• http://www.seanmolin.com Sean Molin

      It has been known for years that Canon and Nikon do not measure ISO the same way. There is no real brand-to-brand standard. From everything I’ve read, Nikon’s number tends to be quite close to film ISO (within 20%), and Canon tends to be further out (as much as 50%)… but with these videos, they are even further off than that, it appears.

      Dave, it was a really good video and you really dug into things that I wish more people cared to get into. You’re not the the first person to compare rated ISOs. We’re just nitpicking. I am very curious to see how they stack up at *actual* output, though.

      • Shawn

        Hi Sean,

        I don’t think we are nitpicking anymore. The reality is probably that the noise would be equivalent if the same resulting exposure and noise reduction were to be done on both. The problem is that folks like Dave (and many others) do a video or review and say stuff like “Canon has clean high ISO on video in low light, and by the way no one would ever shoot that way”. Then you see everywhere people taking it out of context and parroting “Canon has SUPERIOR high ISO” regardless of whether it’s video or stills. I was doing some research after seeing the video and that is what I saw.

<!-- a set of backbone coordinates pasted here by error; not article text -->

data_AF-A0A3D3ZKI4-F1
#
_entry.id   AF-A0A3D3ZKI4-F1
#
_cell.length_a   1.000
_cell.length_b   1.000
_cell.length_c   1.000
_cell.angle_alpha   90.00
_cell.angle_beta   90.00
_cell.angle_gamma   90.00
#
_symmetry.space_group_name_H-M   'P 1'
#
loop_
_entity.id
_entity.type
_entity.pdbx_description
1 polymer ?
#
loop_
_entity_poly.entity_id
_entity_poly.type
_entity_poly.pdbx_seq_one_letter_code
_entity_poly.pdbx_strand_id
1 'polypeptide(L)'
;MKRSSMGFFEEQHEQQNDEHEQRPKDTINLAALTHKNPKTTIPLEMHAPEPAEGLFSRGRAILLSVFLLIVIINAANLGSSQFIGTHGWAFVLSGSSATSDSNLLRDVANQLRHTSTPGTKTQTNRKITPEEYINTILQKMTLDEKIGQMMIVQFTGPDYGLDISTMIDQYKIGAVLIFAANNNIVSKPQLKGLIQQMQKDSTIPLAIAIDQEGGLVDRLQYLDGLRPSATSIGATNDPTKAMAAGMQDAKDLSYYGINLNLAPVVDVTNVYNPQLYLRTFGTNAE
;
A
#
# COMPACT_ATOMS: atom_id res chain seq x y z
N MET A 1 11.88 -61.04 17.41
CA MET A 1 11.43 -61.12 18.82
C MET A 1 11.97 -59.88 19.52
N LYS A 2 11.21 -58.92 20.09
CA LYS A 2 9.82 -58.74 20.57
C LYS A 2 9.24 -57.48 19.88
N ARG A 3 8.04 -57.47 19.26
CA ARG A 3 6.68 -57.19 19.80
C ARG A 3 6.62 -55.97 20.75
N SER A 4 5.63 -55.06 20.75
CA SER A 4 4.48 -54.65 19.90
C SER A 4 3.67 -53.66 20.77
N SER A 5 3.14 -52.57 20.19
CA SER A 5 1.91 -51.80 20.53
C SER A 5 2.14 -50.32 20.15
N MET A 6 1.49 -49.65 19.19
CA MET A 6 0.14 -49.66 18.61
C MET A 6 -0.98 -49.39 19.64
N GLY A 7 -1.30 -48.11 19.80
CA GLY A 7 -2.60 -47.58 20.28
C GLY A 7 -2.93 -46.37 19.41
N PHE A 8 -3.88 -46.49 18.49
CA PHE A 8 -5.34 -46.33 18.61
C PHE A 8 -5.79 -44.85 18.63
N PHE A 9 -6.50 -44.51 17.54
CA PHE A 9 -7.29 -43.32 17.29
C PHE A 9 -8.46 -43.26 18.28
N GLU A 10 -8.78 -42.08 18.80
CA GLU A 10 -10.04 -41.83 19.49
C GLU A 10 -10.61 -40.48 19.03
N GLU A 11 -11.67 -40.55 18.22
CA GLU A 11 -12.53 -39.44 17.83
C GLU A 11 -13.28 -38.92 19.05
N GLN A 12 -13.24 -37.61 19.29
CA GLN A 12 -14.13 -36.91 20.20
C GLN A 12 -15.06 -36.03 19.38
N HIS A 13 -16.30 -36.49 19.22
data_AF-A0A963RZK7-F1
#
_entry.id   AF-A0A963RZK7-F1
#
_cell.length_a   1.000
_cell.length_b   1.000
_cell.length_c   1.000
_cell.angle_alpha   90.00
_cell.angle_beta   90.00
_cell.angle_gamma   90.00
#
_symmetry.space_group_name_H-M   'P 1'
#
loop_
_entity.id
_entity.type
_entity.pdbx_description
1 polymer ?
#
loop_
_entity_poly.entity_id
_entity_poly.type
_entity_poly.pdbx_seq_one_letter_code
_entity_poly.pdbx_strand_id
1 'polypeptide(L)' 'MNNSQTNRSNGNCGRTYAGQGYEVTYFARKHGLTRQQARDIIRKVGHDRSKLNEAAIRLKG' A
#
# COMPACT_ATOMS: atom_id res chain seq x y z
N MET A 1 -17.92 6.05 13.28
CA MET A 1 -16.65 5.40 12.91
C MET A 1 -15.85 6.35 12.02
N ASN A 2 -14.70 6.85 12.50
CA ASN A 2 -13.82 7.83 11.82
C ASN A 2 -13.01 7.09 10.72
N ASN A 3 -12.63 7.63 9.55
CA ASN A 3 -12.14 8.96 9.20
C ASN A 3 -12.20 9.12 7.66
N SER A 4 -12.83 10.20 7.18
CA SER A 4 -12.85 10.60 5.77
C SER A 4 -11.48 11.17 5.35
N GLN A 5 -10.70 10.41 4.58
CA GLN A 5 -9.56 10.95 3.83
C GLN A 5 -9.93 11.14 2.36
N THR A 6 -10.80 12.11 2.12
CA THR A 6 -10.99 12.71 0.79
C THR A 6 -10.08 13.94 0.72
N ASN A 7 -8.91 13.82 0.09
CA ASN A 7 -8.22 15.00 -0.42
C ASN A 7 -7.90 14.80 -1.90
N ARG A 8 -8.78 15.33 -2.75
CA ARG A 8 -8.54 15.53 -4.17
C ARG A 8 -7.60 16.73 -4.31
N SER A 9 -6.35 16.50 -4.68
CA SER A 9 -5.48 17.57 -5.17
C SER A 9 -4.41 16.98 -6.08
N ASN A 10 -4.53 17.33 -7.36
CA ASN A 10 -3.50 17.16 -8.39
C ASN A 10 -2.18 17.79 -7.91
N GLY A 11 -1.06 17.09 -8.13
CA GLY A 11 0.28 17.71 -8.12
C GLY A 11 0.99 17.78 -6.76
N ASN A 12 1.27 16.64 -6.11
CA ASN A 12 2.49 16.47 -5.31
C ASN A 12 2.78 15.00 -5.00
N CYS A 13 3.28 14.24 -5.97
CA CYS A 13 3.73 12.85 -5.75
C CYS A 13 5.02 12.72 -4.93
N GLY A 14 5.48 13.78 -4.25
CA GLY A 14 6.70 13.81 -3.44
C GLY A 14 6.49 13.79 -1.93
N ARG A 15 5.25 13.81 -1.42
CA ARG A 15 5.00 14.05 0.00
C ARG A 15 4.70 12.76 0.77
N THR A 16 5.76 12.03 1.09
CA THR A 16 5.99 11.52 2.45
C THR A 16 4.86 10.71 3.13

Looks to me like the butterfly effect, one tiny flutter sends small waves out into the world and eventually we get a storm.

        We all know the D800 has its problems, but ISO performance is not one of them.

    • http://www.learningdslrvideo.com Dave Dugdale

      I know what you are saying about the Canon having a different exposures with the same settings, I noticed that too. For that video I thought I would start them on the same settings.

      I will have another test coming out soon that is done in a much lighter situation where the Canon can’t crush the blacks like they did in the night scenes, I think you will find it interesting.

      • Shawn

        Hi Dave,

        One more comment. If you’re going to be running a site called “Learning DSLR Video” then I think you’re going to need to own both the Mk III and the D800.